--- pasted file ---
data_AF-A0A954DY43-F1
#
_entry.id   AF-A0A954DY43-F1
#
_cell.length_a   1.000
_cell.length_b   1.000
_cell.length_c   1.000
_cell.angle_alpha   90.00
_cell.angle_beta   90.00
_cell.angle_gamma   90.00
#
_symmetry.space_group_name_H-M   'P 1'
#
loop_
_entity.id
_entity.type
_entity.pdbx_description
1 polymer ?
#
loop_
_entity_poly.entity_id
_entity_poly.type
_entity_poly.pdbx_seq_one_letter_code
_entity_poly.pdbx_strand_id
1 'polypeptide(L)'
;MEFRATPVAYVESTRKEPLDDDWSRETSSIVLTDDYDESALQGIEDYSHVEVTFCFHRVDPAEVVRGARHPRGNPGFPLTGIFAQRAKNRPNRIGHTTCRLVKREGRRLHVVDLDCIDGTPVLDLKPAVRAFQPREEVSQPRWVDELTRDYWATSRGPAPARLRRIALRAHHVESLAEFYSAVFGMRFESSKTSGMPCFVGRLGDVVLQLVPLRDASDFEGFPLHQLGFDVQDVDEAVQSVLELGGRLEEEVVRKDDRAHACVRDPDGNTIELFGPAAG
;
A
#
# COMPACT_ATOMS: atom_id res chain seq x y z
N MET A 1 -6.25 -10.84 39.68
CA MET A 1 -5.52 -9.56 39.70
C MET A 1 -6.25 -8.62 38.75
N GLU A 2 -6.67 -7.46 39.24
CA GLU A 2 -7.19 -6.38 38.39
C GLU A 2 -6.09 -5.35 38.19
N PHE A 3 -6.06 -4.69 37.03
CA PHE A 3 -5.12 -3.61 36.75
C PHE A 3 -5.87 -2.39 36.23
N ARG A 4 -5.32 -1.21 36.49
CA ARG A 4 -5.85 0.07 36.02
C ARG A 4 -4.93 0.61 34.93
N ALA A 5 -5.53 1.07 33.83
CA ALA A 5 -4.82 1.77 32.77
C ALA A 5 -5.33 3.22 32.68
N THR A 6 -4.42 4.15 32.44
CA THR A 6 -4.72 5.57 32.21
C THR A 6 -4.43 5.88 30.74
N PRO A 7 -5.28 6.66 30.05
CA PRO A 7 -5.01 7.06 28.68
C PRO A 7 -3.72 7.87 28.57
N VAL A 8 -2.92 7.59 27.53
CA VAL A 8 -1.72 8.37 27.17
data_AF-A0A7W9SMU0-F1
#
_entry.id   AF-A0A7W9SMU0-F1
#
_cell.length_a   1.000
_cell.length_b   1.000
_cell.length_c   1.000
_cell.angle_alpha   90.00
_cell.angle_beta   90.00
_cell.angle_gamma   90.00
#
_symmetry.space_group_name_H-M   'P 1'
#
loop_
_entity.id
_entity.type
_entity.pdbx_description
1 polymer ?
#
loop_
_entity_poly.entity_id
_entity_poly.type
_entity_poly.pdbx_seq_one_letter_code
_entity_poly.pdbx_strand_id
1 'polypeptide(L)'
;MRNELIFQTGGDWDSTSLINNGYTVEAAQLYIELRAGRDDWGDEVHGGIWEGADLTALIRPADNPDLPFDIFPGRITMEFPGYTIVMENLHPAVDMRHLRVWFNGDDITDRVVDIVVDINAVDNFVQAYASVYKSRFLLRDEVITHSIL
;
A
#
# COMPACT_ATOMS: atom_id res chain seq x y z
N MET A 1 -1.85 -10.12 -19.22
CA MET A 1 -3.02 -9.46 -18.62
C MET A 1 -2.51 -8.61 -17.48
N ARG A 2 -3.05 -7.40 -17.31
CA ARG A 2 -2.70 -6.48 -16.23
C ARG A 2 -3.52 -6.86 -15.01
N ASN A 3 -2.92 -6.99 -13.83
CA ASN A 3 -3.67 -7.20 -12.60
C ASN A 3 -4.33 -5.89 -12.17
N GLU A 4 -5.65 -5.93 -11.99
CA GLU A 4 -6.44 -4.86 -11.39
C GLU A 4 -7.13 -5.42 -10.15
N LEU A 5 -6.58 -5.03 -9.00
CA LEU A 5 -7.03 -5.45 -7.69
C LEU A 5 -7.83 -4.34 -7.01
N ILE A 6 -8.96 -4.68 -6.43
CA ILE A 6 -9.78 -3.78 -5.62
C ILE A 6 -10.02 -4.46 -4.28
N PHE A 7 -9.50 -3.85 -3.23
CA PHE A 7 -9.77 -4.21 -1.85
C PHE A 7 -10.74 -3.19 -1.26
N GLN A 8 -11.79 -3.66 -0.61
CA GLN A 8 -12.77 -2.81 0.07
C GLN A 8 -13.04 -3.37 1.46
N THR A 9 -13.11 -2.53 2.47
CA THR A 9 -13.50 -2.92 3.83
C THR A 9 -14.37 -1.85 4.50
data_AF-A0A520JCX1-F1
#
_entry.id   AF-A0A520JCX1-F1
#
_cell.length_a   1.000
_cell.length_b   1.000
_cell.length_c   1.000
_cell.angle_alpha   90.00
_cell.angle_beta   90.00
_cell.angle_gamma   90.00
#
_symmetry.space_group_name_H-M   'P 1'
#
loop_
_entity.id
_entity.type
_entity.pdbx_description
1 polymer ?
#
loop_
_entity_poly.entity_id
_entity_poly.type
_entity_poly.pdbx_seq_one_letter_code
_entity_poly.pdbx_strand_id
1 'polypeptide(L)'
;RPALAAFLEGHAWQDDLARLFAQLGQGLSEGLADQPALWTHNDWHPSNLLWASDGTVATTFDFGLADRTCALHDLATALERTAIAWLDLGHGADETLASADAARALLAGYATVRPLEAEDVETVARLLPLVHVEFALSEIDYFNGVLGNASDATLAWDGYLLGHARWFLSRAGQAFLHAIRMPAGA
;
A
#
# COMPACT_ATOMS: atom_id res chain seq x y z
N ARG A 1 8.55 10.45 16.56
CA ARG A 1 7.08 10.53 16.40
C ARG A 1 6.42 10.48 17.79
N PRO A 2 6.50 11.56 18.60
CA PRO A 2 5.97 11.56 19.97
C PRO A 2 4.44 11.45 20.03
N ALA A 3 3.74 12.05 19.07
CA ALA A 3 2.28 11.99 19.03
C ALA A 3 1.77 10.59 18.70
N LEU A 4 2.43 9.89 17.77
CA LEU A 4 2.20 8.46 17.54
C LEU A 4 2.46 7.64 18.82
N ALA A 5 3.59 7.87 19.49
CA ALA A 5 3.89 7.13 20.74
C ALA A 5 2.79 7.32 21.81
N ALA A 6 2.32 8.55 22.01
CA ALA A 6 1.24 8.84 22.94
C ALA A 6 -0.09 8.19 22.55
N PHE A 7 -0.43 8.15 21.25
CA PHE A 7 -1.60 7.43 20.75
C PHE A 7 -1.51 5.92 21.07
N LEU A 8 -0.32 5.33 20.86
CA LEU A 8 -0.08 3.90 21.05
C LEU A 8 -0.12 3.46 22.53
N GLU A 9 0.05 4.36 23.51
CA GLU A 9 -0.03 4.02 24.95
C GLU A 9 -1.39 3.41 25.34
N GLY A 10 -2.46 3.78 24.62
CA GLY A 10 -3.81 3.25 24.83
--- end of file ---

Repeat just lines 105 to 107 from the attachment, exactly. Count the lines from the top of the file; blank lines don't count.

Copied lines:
N GLN A 8 -11.79 -3.66 -0.61
CA GLN A 8 -12.77 -2.81 0.07
C GLN A 8 -13.04 -3.37 1.46